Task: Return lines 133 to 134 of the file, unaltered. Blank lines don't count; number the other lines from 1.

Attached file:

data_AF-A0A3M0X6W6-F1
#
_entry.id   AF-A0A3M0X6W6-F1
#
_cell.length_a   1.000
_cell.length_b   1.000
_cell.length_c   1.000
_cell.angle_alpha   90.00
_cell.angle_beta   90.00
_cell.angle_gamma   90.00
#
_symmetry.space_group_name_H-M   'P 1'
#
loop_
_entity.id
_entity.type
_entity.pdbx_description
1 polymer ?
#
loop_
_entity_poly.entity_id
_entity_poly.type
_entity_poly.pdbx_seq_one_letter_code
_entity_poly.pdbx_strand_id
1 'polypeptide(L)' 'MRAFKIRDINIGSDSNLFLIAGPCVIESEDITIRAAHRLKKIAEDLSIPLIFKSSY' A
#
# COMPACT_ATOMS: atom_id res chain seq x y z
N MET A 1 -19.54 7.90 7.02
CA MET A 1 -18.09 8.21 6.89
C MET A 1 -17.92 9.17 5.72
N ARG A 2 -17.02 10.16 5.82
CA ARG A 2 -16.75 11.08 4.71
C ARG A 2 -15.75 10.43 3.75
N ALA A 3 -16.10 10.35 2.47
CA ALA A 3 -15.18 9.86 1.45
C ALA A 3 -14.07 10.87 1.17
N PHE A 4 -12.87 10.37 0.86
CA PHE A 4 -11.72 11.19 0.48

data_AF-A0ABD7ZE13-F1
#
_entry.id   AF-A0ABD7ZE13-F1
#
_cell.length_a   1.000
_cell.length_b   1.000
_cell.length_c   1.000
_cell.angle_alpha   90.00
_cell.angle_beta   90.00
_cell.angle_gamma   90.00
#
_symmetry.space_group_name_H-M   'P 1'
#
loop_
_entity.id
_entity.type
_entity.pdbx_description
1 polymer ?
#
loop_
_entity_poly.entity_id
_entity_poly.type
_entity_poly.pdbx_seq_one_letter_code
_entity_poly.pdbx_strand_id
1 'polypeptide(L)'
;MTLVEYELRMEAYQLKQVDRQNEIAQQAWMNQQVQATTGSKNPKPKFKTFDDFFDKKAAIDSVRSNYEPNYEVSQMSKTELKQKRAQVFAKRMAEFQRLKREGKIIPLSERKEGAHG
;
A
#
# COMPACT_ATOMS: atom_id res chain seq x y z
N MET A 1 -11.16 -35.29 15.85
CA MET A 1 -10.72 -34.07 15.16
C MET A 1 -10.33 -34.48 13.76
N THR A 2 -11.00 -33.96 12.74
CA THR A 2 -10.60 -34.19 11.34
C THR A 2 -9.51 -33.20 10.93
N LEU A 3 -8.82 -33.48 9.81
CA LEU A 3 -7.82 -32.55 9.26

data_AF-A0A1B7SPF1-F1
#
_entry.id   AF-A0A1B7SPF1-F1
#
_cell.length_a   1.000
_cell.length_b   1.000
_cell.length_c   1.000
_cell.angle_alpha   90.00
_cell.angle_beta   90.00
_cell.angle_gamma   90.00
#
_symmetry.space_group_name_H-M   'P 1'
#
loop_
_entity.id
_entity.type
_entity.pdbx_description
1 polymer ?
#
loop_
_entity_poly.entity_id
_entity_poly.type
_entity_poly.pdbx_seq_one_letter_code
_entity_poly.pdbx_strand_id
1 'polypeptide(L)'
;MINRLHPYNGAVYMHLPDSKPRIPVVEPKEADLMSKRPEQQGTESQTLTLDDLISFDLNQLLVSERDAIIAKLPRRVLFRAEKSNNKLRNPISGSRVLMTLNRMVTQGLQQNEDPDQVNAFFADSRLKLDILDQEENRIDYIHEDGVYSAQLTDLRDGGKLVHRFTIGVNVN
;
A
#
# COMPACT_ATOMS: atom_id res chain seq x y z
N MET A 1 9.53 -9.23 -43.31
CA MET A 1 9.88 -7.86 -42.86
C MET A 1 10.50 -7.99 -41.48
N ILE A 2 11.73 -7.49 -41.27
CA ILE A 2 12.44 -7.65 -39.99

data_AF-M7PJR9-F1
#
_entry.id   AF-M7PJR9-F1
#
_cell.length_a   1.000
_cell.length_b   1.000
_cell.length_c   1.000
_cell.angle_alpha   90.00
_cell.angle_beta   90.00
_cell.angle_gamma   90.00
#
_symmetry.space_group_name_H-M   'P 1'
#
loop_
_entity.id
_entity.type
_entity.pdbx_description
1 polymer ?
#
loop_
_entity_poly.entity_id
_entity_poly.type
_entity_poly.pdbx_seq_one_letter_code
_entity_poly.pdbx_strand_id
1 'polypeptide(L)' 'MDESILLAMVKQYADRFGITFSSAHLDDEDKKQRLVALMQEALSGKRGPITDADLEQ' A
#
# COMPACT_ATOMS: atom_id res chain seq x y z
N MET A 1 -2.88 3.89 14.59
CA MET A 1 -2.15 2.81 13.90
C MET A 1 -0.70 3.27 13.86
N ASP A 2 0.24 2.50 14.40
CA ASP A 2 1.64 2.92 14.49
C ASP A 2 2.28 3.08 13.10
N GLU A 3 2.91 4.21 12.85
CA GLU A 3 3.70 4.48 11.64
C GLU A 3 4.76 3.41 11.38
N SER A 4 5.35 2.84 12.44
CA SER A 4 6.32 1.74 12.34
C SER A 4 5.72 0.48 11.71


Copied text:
_entity_poly.type
_entity_poly.pdbx_seq_one_letter_code